A study by the Woods Hole Research Centre concluded that the Amazon forest is at imminent risk of turning into desert, with disastrous consequences for the world’s climate. The research, which concluded that the forest cannot withstand more than two consecutive years of drought without breaking down, has taken even the scientists conducting it by surprise.
When Dr Dan Nepstead started the experiment in 2002 by covering a chunk of rainforest the size of a football pitch with plastic panels to see how it would cope without rain he surrounded it with sophisticated sensors, expecting to record only minor changes.
The trees managed the first year of drought without difficulty. In the second year, they sunk their roots deeper to find moisture, but survived. But in year three, they started dying. Beginning with the tallest the trees started to come crashing down, exposing the forest floor to the drying sun.
By the end of the year the trees had released more than two-thirds of the carbon dioxide they have stored during their lives, helping to act as a break on global warming. Instead they began accelerating the climate change.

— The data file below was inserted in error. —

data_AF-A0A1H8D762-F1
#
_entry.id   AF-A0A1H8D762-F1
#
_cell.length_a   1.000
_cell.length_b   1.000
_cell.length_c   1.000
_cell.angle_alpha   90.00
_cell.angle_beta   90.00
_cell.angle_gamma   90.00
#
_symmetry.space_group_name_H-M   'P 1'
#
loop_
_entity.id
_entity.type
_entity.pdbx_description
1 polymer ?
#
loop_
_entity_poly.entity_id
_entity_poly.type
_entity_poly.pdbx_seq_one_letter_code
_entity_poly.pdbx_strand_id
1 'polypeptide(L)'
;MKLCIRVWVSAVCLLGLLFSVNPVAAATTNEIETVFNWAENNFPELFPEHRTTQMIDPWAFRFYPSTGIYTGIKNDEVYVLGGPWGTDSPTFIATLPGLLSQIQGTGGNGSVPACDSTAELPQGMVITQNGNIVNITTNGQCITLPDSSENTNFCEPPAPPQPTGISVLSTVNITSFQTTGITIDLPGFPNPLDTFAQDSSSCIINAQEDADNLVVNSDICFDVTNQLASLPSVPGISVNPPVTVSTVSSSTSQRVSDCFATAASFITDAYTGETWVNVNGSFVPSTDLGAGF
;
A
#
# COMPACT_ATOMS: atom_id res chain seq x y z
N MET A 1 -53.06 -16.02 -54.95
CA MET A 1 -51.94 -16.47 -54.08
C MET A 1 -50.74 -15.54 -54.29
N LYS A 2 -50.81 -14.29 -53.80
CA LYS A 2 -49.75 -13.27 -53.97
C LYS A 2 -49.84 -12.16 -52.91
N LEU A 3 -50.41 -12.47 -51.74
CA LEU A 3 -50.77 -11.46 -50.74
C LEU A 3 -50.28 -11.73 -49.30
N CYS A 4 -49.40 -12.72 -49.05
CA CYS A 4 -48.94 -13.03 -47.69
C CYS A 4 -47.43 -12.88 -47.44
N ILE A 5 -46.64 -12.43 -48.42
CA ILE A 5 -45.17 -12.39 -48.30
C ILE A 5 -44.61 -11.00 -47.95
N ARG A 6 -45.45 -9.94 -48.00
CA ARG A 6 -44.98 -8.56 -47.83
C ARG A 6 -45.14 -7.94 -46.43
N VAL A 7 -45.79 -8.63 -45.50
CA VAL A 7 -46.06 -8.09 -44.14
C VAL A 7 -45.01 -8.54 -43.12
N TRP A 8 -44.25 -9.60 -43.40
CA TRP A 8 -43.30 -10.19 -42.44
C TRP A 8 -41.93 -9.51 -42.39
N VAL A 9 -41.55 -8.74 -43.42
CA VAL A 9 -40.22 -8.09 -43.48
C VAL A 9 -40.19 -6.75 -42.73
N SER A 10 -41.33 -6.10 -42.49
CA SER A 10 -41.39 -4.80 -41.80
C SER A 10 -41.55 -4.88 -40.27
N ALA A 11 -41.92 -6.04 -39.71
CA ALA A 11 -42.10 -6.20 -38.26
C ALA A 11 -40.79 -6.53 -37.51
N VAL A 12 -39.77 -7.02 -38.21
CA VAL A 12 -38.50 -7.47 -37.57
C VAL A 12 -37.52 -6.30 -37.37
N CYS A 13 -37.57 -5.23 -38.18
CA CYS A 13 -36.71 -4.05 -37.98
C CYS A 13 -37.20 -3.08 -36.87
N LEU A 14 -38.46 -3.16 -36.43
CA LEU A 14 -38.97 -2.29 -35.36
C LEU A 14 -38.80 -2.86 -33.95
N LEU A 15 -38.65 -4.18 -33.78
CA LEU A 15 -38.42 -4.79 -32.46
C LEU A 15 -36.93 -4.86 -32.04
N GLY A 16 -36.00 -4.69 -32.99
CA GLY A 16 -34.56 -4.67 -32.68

Scientists say that the effects of the forest breakdown would spread drought into the northern hemisphere and could massively accelerate global warming with incalculable consequences, spinning out of control, a process that might end in the world becoming uninhabitable.
Dr Nepstead expects “mega-fires” rapidly to sweep across the drying jungle. With the trees gone, the soil will bake in the sun and the rainforest could become desert.
Dr Deborah Clark from the University of Missouri, one of the world’s top forest ecologists, says the research shows that “the lock has broken” on the Amazon ecosystem. She adds: the Amazon is “headed in a terrible direction”.
The forest contains 90 billion tons of carbon; if it starts dying it could release vast quantities of carbon, increasing the rate of global warming by 50%.
Date: 23 July 2006